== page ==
Prime Minister Stephen Harper has opened the door to a long-term Canadian military presence in Mali, while explicitly refusing any combat role in the African country.
Mr. Harper said a Canadian transport plane will remain active as part of the ongoing French-led military mission in Mali, and that his government is contemplating a further involvement in an eventual UN-led mission in the country.
“In terms of our longer-term engagement, I think you know well we are not looking to have a combat, military mission there,” Mr. Harper told reporters on Thursday, pointing out that the C-17 aircraft will remain in use “as long as we feel there is a need.”
Mr. Harper said that Canada will “be providing development and humanitarian assistance,” while adding that discussions are ongoing in terms of a further Canadian involvement. The UN has been contemplating setting up a 10,000-strong, heavily-armed force in the former French colony before presidential and legislative elections in July.
“The details of what our long-term engagement may be are still the subject of discussions that we are having among our ministerial colleagues, our caucus and, as well, we’re obviously talking to the opposition parties on their preferences,” he said.
The NDP said that there have not been any recent discussions between the Conservative government and the Official Opposition on the matter of Mali, stating that Leader Thomas Mulcair or foreign affairs critic Paul Dewar have not been consulted on the government’s future options.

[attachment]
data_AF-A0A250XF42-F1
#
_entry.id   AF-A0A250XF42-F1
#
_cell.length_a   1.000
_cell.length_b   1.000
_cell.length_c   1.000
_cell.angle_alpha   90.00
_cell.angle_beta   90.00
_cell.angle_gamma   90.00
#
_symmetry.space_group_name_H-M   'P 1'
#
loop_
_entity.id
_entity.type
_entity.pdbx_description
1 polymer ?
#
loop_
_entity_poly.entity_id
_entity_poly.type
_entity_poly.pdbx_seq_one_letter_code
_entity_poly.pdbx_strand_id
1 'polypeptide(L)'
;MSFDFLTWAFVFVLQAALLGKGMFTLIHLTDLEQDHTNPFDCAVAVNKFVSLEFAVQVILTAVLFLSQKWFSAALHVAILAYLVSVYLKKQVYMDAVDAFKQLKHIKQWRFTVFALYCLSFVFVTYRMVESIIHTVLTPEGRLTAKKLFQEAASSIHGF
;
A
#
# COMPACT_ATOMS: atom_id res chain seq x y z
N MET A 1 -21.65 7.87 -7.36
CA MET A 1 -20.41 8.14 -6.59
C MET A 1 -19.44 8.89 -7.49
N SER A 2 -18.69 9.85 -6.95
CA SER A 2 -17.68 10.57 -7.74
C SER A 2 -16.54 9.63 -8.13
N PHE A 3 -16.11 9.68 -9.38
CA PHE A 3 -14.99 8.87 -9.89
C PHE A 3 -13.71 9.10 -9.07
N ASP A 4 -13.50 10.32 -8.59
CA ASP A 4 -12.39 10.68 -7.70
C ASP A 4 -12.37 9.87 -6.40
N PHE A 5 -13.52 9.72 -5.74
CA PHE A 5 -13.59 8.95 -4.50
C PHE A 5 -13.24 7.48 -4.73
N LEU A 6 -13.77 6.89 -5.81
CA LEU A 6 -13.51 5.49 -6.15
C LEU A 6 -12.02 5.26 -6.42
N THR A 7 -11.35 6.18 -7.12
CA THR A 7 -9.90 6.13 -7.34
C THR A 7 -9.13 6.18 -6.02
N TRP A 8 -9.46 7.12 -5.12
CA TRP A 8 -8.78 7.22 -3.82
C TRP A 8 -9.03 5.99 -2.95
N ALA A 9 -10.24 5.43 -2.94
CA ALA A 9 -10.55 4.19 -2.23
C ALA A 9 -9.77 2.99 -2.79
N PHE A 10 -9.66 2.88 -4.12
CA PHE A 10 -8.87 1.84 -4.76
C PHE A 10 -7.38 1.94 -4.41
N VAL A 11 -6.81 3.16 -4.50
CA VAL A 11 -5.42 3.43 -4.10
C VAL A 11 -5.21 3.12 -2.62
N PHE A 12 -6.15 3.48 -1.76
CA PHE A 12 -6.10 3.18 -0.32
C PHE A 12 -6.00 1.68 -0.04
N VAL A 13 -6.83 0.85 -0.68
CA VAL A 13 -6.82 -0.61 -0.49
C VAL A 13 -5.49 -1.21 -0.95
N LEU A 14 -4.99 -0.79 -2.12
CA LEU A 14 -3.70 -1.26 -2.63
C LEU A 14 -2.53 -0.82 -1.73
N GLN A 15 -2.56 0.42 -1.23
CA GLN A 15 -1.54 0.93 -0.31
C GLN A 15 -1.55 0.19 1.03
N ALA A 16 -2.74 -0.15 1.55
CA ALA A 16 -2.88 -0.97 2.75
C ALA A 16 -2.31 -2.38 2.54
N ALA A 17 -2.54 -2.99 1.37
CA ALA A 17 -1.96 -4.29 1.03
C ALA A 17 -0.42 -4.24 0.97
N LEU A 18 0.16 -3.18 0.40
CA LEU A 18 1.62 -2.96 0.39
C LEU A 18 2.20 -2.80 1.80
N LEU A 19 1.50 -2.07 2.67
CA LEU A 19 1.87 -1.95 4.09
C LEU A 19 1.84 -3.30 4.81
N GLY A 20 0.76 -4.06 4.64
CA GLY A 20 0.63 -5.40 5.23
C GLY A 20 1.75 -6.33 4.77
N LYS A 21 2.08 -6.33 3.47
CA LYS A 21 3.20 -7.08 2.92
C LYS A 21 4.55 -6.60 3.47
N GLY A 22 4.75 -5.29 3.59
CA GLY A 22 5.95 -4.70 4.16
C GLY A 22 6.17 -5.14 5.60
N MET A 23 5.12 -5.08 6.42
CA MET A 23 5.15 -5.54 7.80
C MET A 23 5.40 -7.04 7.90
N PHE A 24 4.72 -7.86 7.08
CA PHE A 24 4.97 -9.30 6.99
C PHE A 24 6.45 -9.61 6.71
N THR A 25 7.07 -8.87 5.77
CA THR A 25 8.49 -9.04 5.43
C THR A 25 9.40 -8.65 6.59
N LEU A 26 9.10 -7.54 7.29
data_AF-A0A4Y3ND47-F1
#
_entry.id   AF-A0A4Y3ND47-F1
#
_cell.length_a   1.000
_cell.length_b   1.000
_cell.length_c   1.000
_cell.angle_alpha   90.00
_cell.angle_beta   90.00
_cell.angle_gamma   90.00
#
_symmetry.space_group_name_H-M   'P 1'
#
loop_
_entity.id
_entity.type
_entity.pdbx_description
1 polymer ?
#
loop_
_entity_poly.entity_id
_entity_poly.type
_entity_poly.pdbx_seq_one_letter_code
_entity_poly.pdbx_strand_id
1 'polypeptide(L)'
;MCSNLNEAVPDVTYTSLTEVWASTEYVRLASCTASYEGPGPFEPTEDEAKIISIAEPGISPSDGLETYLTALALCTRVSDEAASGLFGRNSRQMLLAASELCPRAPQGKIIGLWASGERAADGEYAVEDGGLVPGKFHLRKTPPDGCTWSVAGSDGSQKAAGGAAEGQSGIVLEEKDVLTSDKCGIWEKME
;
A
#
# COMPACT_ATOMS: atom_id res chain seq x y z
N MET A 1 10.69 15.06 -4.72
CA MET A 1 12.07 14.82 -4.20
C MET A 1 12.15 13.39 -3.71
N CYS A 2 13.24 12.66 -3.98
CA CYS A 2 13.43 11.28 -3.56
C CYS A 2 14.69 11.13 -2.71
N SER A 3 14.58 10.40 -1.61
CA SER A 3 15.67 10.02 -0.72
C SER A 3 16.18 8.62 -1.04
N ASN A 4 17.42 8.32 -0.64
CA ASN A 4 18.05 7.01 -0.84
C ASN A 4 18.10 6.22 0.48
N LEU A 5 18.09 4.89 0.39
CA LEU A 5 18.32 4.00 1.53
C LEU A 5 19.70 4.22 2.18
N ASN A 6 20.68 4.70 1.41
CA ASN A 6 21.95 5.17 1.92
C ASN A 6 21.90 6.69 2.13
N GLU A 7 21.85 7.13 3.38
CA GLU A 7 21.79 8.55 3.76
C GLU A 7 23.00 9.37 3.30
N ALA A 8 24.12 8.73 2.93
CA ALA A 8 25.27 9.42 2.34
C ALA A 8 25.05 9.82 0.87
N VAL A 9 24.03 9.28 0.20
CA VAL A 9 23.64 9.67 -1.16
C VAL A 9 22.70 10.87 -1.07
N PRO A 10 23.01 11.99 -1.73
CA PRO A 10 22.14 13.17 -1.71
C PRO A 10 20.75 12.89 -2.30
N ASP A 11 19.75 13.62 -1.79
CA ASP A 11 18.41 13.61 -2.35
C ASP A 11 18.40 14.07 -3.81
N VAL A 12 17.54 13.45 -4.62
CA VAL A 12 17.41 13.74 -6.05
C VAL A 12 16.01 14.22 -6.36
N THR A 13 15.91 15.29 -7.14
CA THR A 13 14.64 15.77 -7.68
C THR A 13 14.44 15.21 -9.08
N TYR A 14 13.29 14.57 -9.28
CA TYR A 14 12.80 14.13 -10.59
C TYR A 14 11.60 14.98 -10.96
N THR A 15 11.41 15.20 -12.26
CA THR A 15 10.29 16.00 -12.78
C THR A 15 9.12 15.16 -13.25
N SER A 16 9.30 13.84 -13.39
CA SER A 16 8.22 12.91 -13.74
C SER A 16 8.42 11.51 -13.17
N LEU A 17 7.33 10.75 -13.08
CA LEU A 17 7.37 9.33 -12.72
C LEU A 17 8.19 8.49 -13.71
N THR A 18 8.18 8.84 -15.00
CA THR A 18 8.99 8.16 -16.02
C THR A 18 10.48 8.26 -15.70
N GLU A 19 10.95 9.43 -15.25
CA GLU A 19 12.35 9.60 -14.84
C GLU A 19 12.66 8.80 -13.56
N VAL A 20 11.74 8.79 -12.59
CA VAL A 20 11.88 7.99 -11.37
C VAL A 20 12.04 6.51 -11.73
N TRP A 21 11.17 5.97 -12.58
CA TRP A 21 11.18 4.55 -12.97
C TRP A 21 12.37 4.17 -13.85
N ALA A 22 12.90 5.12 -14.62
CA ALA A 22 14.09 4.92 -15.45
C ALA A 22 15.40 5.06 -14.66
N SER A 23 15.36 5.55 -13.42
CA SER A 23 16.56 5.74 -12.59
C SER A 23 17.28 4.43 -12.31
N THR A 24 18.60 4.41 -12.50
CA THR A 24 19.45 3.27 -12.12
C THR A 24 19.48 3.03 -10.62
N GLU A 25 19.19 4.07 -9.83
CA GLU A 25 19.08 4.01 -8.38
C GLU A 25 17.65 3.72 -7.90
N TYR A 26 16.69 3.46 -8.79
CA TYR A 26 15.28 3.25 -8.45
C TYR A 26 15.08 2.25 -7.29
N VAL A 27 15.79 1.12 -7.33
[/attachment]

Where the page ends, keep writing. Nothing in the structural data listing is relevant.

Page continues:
Regarding the use of the C-17, a government source added its use has been declining and that the mission will end in a matter of weeks, not months.
Mr. Harper made his comments during a joint news conference with his French counterpart, Jean-Marc Ayrault, in Ottawa, where he praised France’s “leadership role in fighting the terrorist threat in northern Mali.”
Mr. Ayrault said that France is pushing for a UN vote next month to approve peacekeepers for the West African country, adding that his government wants to get its troops out of Mali.
The proposed heavily armed rapid-reaction force, similar to the unit proposed for a UN mission in the Democratic Republic of Congo, would be a departure from its typically more passive peacekeeper operations. In practical terms, UN diplomats say, troops in the rapid-response force would have more freedom to open fire without being required to wait until they are attacked first, a limitation usually placed on UN peacekeepers around the world.
UN Secretary General Ban Ki-moon is due to deliver a report to the Security Council with peacekeeping recommendations for Mali by the end of the month, and diplomats hope a vote can take place by mid-April.
The other major topic of discussion during Mr. Ayrault’s visit to Ottawa were ongoing free-trade negotiations between Canada and the European Union. While the French government is not officially at the table, Mr. Ayrault confirmed that a Canada-EU deal would serve as a template for a subsequent deal with the United States.
Mr. Harper said he is hoping for a deal as soon as possible, but added that the Canadian government will not make compromises simply to obtain an agreement.
“Nothing is resolved until everything is resolved,” he said.
With a report from Reuters